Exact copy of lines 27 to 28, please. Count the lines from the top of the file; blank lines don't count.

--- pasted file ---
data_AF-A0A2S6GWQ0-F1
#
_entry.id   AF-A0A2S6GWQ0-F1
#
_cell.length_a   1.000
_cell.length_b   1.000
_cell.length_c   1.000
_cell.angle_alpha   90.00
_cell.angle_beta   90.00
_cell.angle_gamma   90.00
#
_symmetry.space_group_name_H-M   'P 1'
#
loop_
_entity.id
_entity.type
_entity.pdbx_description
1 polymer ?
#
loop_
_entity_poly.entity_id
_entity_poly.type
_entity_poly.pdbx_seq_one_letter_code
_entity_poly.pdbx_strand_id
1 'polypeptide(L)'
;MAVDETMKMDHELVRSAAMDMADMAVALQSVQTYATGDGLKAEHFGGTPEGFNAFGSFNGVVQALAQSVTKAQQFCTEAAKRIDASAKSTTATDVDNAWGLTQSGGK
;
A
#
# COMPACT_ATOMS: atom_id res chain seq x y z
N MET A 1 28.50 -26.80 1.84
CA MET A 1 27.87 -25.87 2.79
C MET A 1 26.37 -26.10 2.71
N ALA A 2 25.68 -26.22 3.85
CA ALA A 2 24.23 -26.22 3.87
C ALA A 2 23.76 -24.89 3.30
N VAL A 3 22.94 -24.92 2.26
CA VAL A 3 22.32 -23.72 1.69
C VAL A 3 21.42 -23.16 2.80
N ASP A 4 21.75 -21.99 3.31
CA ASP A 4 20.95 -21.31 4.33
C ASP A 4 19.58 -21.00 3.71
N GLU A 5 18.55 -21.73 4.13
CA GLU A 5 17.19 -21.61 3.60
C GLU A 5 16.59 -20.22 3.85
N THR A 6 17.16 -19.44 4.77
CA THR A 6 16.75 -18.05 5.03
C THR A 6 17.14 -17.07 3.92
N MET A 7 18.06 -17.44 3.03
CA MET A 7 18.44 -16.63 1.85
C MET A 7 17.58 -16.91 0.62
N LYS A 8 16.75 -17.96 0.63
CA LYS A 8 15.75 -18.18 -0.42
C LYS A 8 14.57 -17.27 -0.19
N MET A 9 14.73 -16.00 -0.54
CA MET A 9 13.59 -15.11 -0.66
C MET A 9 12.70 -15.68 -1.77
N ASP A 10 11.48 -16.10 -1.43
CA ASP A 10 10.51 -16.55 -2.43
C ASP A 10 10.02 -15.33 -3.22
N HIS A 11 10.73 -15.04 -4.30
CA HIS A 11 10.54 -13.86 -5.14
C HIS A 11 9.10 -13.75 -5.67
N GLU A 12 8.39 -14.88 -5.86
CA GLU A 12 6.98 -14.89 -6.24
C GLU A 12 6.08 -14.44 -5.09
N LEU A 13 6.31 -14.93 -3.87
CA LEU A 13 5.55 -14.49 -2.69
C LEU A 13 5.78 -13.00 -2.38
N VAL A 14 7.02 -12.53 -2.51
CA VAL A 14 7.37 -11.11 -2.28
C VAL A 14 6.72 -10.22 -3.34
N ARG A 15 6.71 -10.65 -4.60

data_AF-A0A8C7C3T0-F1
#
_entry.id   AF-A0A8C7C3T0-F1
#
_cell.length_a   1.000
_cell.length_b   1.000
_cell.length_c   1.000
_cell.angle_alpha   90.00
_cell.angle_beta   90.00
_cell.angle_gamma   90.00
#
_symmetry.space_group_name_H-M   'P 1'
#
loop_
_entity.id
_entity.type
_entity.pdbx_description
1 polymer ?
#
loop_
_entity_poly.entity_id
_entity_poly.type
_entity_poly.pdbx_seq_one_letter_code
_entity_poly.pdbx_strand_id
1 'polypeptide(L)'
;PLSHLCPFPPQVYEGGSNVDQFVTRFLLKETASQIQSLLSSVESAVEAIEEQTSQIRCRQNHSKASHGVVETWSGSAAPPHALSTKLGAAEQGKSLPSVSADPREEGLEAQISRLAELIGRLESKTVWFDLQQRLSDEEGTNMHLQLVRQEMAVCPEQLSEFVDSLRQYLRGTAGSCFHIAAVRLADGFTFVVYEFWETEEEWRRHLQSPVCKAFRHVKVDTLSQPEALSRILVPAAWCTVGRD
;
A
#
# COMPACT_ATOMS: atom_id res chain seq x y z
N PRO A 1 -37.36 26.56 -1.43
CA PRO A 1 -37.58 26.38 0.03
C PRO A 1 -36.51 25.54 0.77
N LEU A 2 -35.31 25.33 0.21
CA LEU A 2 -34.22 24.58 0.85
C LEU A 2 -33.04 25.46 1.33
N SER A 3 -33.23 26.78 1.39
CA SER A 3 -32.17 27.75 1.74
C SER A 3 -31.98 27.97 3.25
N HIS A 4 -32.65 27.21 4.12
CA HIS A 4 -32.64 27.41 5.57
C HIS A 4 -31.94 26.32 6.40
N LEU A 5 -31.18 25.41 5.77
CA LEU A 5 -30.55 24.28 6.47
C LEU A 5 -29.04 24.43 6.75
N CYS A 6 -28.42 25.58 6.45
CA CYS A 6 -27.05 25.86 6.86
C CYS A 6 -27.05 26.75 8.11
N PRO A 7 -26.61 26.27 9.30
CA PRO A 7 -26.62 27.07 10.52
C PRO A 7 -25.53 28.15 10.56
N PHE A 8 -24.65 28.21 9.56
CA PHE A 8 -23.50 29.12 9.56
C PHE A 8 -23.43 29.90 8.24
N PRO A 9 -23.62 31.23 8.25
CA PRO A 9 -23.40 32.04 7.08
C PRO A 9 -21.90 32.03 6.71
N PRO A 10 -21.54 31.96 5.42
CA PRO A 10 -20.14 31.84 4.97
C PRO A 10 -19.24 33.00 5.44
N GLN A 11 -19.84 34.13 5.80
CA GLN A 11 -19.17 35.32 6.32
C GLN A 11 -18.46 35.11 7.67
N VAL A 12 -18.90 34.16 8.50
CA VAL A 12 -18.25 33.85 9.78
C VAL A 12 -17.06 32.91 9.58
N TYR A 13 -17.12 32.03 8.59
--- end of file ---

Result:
;
A